Imagine something goes wrong with your home during a blizzard like Jonas. Even worse, imagine you don’t have a home at all to protect your family from the blustering snow. This was a reality for the 61 adults and 21 children who sought refuge at Carpenter’s Shelter as 24 inches of snow blanketed Alexandria a couple of weeks ago.
Homelessness is a reality in our community. At Carpenter’s Shelter, we have a long history of serving the homeless population, but there is nothing like a snow storm to make us realize that the need for shelter in our community is ever-present.
How big of a problem is homelessness in our community? Groups like Carpenter’s Shelter and the City of Alexandria ponder the same thing. At the end of each January, municipalities across the country, including the City of Alexandria, conduct a Point-In-Time (PIT) count. Volunteers canvass the city and count the number of homeless men, women and children. The 2016 PIT count was conducted on the night of Jan. 28, and although we do not yet have the results of the 2016 count, last year’s count was unchanged from the prior year. The total number didn’t move. It was one more piece of evidence that the need for shelter and homeless services persist.
We know that homelessness is a lack of housing. With the present need and diminishing supply of affordable housing in our community, we need to be creative when helping individuals or families through their housing crisis. For example, people that are homeless can be successfully re-housed with Rapid Re-Housing funds. These pay for a deposit on an apartment or some portion of the first few months of rent. Individuals or families are able to move out of emergency shelters quickly, and use the money they have saved during their stay in shelter for future expenses.
Here’s an example of how it can work. Linda and her family came to Carpenter’s Shelter when she had no other housing options available. While in shelter, Linda continued working full-time and coordinated with her case worker to create a manageable budget. After working with Carpenter’s Housing Locator and finding a new home for her family, Linda was approved for Rapid Re-Housing funds. Linda received funds for her security deposit and three months of rent at her new townhome — costs that would have otherwise prevented her family from moving into a new home. Linda and her family moved from homelessness to housed in just over two months.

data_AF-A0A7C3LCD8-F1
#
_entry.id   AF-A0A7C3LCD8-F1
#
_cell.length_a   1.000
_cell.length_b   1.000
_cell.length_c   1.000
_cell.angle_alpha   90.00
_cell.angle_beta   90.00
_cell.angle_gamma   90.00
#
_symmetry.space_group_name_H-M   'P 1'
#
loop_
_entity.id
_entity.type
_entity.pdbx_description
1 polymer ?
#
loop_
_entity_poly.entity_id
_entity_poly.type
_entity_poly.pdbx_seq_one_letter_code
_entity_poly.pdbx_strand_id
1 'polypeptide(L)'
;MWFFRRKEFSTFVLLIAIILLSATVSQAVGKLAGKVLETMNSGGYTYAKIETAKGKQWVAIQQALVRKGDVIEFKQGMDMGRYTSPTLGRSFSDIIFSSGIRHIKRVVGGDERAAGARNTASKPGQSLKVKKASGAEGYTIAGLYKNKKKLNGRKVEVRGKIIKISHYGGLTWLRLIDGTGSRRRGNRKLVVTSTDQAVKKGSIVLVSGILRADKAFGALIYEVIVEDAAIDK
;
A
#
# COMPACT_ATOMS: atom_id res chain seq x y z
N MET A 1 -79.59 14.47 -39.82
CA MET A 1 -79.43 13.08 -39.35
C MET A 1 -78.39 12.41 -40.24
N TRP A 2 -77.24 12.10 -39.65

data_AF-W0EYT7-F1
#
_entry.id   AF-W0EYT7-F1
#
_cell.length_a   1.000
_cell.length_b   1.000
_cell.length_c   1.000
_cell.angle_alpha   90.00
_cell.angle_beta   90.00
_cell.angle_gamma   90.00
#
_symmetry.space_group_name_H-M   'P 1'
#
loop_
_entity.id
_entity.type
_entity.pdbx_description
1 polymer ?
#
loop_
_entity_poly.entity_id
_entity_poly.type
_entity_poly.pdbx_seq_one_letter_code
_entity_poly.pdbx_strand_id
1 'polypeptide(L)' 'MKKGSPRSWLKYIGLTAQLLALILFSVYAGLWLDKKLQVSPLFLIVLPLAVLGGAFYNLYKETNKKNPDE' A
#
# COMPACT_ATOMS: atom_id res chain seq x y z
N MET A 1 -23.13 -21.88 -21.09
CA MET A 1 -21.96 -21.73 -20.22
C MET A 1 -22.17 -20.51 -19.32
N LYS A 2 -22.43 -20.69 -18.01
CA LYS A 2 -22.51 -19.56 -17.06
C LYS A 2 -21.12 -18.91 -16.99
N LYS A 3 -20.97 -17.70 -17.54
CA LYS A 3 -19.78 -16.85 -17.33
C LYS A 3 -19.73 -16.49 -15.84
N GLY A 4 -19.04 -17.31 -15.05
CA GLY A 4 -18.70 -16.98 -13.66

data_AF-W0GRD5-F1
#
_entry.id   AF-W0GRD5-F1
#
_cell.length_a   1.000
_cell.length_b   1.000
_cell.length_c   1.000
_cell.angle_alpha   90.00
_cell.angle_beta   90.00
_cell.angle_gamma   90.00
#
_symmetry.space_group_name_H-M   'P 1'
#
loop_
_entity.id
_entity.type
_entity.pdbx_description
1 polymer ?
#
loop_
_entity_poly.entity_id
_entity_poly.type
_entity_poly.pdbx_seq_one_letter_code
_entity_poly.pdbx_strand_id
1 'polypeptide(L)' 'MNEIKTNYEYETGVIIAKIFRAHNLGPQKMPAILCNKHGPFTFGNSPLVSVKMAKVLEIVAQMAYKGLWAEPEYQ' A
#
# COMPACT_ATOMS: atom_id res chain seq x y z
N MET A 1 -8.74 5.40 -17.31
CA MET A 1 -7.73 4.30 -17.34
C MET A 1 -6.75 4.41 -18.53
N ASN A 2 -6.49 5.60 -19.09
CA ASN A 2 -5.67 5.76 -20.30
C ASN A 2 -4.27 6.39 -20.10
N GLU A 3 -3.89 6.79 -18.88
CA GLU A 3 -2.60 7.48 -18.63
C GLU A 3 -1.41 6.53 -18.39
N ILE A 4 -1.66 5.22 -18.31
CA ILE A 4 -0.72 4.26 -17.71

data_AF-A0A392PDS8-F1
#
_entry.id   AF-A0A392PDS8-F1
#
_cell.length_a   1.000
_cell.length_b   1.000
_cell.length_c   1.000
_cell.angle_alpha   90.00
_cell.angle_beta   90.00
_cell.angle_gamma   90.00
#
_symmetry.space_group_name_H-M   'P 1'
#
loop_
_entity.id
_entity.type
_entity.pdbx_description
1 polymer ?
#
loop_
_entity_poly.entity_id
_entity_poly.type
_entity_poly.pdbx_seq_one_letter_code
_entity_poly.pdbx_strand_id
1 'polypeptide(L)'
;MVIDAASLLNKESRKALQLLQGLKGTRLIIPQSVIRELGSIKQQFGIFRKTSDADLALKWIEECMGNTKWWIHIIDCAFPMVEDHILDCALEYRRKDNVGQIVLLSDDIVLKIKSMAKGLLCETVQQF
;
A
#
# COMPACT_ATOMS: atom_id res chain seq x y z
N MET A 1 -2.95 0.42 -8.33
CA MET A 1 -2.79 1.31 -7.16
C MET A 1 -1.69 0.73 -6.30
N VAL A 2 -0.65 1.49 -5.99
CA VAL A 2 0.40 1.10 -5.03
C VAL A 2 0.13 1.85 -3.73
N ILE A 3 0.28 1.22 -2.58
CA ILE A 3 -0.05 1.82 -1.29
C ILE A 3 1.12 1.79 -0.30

Rapid Re-Housing funds aren’t always enough. Finding and maintaining permanent housing is even more challenging when an individual faces barriers like mental illness, substance abuse, or physical disabilities. Permanent Supportive Housing (PSH) can be part of the solution to ending homelessness for these individuals. The units allow people to gain independence yet remain close to their support networks.
Take David, a Carpenter’s Shelter client, for example. For many years, David struggled with chronic homelessness and substance abuse. Last winter, David frequented the seasonal Winter Shelter, and eventually moved into the Residential Shelter program, which has more structure. While in the Residential Shelter, David maintained his sobriety and worked diligently to secure a part-time job. After several months in the shelter, David was approved to move into Carpenter’s Shelter pilot permanent housing unit. The unit provides a permanent home, independence and responsibility along with the supportive services through Carpenter’s Community Case Management program.
While major snow events and the recent PIT count highlight homelessness in our community, the need for shelter is ongoing throughout the year. We, as a community, are working together to find solutions to end homelessness. We are on the right track and have shortened shelter stays and reduced reoccurrences of homelessness through Rapid Re-Housing and Permanent Supportive Housing. As long as there is a need, our efforts won’t stop. With creative solutions and collaboration in the community, we will one day be able to say that homelessness is a thing of the past.